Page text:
For a long time, many companies have used process improvement strategies—ideas such as Six Sigma, Lean, Kaizen, , Re-engineering, and a slew of others—to streamline operational processes, and they have done so with great success. Process improvement and continuous improvement initiatives, which often rely on the help of internal audit and are based on a healthy dose of metrics, have succeeded in cutting waste, speeding production times, creating efficiency, simplifying processes, lowering costs, improving safety, and providing many other benefits.
Yet many companies have not been as successful at applying these process improvement strategies to technology-based processes. That’s because they often see them as either too complex and don’t understand them well, or they chalk up inefficiency as the price of security. Managers don’t have a good idea of what is happening in those complex lines of code or inside the “black box” so they don’t bother to try to improve the processes they run. In manufacturing, operational waste and production problems are easier to see, identify, and remedy compared to a technology process where so much is happening inside a network or piece of complex code and work is not easily observed.
It doesn’t have to be that way. In fact, there is a great deal of the “human element” in technology processes that can be improved. There is also a lot of waste and inefficiency that gets built-in along the way. There is no reason we can’t approach technology-based processes in the same manner and with the same techniques and rigour we use to improve operational processes. And internal audit can be a great catalyst to spark such an effort and aid in its progress to add value. We also need to rethink the way we use metrics to assess technology-based processes.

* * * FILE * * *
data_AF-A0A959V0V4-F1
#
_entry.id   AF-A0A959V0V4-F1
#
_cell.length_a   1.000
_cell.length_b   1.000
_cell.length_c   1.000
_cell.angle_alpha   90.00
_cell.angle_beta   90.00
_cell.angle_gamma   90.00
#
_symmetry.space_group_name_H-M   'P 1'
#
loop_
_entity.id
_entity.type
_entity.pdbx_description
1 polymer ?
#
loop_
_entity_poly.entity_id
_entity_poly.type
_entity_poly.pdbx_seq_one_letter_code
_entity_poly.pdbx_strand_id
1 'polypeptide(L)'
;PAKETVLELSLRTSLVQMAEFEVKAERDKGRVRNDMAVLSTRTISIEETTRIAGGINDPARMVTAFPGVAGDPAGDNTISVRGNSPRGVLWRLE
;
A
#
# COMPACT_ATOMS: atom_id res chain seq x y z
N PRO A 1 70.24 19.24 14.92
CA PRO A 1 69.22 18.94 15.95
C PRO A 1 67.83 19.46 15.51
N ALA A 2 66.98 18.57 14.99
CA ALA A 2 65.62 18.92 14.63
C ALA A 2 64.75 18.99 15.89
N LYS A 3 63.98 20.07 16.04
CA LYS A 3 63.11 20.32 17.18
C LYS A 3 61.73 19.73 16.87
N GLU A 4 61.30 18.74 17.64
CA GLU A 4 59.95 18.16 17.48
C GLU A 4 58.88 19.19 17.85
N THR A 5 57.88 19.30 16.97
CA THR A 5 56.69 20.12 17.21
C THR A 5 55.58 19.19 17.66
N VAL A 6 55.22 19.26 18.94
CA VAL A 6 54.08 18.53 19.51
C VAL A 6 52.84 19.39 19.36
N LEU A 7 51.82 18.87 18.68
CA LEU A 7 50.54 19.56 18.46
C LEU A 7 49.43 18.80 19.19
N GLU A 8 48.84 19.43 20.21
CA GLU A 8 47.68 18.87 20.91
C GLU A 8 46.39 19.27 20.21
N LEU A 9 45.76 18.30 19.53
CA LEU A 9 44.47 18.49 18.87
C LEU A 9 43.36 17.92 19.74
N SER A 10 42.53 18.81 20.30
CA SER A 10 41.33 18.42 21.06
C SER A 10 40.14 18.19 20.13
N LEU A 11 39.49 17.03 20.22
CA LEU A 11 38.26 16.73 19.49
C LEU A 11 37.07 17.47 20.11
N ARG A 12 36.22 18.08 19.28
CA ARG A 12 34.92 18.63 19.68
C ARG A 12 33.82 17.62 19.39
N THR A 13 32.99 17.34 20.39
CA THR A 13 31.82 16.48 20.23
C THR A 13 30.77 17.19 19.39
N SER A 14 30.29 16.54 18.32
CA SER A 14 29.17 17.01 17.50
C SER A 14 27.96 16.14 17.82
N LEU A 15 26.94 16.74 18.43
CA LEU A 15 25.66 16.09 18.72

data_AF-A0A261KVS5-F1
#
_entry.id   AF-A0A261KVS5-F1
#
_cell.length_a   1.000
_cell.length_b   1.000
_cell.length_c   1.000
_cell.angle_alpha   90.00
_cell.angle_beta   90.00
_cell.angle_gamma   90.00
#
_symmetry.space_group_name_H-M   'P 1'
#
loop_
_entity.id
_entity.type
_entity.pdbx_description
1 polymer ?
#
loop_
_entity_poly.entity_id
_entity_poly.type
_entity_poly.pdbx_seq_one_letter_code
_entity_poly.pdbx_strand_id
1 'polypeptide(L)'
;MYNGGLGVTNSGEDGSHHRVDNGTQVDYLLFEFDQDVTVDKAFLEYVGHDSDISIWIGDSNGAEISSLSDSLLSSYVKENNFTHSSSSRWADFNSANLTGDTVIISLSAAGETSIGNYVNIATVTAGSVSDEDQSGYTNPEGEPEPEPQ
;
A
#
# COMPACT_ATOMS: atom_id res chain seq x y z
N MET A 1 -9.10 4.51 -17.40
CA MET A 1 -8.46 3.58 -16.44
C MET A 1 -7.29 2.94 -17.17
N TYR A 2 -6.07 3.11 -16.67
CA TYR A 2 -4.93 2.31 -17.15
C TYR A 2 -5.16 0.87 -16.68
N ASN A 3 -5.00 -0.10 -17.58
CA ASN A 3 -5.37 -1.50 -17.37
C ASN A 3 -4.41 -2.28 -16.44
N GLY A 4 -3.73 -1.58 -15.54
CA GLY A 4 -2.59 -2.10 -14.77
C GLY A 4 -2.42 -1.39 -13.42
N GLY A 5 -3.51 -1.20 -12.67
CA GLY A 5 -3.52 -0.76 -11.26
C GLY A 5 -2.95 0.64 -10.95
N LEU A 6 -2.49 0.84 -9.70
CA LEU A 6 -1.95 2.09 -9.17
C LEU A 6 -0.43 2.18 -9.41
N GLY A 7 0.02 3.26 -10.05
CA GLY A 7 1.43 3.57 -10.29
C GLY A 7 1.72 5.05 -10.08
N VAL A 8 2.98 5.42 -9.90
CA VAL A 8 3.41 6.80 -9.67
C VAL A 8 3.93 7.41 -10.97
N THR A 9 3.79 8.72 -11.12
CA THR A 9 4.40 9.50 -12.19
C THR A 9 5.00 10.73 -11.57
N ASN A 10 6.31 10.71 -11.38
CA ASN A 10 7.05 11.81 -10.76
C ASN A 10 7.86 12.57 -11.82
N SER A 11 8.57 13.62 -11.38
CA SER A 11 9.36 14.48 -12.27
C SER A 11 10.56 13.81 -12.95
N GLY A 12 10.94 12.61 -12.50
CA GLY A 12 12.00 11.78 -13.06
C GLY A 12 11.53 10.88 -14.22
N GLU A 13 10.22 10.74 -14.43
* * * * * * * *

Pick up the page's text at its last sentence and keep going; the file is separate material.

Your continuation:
Applying operational process thinking to technology-based systems can have a wondrous effect. We can streamline technology processes to make them simpler, faster, cheaper, more efficient, and, yes, actually more secure.
Quality and Cybersecurity
What is quality in a cybersecurity process? Is it just simply checking to see that various systems have controls in place? Perhaps, but isn’t there more to quality than just that? In the fast-paced cybersecurity world, risk is not only prevalent in securing various technology systems but in operations as well.
By taking an outsider’s view of a transaction (email message, online sale, electronic ledger input, etc.) and following it into and through the process, breaking it down into minuscule steps, an auditor (IT auditor or internal auditor) can uncover the risks hiding in plain sight. An auditor doesn’t have to be an expert in the process to identify the holes in it. By simply asking what happens at each step and thinking about what could go wrong within it, the auditor working with the process owner can uncover a tremendous amount of operational problems that easily put the organization at risk. And who’s to say that the ideas of Lean—where any activity or step that uses resources but doesn’t add value is eliminated—can’t also be applied here.